Greece demands the return of ancient artifacts from the British Museum
Many museums are famous for their ancient sculptures and artifacts. Some have displayed these treasures for decades. But many of these objects originally came from other countries—and some of those nations are demanding they be returned.
One of the biggest feuds is over a collection of sculptures known as the Elgin Marbles. They once decorated the outside of the Parthenon, a temple in Athens, Greece, that’s nearly 2,500 years old. The sculptures have been a big attraction at the British Museum in London for almost 200 years. But the Greek government wants them back. Should they be returned?
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The Parthenon is one of the most famous structures of the ancient world. Completed in 432 B.C., it was built to honor the Greek goddess Athena.
But by 1801, the Parthenon was falling apart. The British ambassador to Greece, Lord Elgin, wanted to save the temple’s marble sculptures. After asking for permission to remove them, Elgin had workers chisel some sculptures off the temple and pick up others that had fallen to the ground.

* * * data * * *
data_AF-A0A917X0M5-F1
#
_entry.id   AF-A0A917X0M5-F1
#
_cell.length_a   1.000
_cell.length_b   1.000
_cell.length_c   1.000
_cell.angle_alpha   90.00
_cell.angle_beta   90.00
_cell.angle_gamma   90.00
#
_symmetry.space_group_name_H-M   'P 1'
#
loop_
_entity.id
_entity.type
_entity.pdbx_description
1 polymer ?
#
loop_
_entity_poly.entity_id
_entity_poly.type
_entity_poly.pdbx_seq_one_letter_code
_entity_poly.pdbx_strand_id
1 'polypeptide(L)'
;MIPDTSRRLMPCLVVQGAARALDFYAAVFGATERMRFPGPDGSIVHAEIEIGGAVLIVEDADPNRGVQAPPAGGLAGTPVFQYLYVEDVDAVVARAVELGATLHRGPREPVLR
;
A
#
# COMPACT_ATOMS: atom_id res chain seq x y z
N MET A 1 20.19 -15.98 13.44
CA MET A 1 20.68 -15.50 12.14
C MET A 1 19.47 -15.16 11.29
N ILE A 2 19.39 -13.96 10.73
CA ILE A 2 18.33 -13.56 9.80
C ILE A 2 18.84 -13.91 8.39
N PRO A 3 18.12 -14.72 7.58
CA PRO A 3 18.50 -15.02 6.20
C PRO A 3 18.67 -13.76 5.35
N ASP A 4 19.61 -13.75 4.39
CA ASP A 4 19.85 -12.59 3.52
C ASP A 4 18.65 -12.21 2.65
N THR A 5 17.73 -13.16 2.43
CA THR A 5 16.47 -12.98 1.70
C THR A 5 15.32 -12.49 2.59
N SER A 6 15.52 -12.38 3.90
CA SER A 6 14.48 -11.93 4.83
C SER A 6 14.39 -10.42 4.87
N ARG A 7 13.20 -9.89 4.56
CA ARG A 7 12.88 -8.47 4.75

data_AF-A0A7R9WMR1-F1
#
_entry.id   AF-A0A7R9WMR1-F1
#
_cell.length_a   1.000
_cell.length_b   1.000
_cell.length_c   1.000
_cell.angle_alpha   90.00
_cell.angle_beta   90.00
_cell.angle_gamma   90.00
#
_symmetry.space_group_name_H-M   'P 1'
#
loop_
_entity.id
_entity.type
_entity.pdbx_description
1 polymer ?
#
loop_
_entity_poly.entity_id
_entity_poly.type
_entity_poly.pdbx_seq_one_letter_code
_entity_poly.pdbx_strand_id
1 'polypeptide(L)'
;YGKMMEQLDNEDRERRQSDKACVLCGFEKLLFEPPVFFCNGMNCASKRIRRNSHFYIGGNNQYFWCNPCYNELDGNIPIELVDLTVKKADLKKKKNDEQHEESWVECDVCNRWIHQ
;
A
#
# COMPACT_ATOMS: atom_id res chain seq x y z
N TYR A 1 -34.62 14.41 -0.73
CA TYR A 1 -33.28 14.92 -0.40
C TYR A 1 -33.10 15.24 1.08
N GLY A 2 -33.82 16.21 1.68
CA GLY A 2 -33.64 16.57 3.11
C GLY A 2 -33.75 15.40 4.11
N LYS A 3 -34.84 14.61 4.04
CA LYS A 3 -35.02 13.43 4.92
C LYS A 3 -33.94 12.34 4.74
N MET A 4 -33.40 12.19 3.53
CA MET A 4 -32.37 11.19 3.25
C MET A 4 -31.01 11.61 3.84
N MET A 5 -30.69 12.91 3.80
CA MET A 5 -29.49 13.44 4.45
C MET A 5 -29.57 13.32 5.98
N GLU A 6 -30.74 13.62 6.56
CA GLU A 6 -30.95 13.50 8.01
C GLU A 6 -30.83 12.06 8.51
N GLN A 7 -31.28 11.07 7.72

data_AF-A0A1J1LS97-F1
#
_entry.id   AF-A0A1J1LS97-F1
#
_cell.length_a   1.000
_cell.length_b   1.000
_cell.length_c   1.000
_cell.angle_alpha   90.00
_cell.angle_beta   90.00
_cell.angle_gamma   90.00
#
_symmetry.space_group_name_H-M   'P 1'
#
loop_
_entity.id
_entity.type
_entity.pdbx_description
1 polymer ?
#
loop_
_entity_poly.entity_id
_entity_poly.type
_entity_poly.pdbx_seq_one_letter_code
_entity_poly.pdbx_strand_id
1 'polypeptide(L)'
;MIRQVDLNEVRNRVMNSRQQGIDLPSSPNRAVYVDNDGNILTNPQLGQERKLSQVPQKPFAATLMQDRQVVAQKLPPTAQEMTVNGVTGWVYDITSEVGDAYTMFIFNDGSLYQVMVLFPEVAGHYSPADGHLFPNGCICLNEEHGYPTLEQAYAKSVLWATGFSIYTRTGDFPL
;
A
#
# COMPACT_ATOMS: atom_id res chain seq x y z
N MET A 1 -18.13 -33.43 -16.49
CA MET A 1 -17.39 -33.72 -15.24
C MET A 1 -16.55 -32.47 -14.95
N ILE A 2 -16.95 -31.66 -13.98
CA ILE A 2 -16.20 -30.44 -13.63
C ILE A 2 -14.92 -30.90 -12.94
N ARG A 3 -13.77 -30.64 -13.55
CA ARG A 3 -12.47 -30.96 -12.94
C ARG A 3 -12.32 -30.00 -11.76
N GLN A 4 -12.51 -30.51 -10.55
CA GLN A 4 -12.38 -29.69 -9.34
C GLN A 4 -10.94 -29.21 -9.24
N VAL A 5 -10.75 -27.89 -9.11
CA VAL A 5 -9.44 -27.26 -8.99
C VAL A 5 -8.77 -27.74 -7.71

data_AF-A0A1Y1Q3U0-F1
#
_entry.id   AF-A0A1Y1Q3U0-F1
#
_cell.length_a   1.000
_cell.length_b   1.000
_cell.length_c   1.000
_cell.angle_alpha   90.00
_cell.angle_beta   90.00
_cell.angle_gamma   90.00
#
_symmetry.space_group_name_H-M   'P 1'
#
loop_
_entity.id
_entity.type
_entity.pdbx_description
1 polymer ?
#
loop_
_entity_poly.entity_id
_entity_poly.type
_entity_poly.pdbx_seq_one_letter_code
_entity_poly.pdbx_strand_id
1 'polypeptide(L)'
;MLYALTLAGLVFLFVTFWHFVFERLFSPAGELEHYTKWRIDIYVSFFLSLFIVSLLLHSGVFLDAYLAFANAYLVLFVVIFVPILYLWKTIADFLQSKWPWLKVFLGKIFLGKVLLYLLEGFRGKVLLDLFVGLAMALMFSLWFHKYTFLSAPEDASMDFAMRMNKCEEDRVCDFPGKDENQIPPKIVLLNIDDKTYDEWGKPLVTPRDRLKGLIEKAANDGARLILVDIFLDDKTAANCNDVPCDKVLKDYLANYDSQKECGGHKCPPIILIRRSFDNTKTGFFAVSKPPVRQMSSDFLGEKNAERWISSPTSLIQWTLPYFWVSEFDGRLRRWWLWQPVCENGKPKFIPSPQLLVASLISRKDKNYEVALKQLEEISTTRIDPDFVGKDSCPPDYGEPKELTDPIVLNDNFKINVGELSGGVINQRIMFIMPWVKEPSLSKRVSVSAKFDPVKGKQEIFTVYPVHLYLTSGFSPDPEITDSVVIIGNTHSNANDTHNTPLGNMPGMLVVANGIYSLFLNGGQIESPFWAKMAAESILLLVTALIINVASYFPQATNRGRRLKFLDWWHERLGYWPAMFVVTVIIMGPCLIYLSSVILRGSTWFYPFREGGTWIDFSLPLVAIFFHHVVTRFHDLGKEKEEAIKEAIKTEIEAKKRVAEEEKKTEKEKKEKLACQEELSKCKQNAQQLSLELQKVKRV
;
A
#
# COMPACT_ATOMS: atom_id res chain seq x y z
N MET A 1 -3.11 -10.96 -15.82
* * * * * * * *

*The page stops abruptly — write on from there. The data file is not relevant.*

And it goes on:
Elgin later sold the sculptures to the British government, which turned them over to the British Museum. The Elgin Marbles have been on display there since 1816.
For decades, Greece has argued that Elgin didn’t really have permission to take the sculptures. But the British Museum says it received the Elgin Marbles fairly—and it has refused Greece’s repeated demands to return them. The museum says the prized artifacts likely would have been damaged or destroyed if they had remained in Athens.
Many Greeks consider the sculptures an important part of their culture and history. Greek officials want to display them in a new museum not far from their original home in Athens.
In a speech at the United Nations, Greece’s ambassador argued that “the [illegal] removal or destruction of cultural property deprives peoples of their history and tradition.”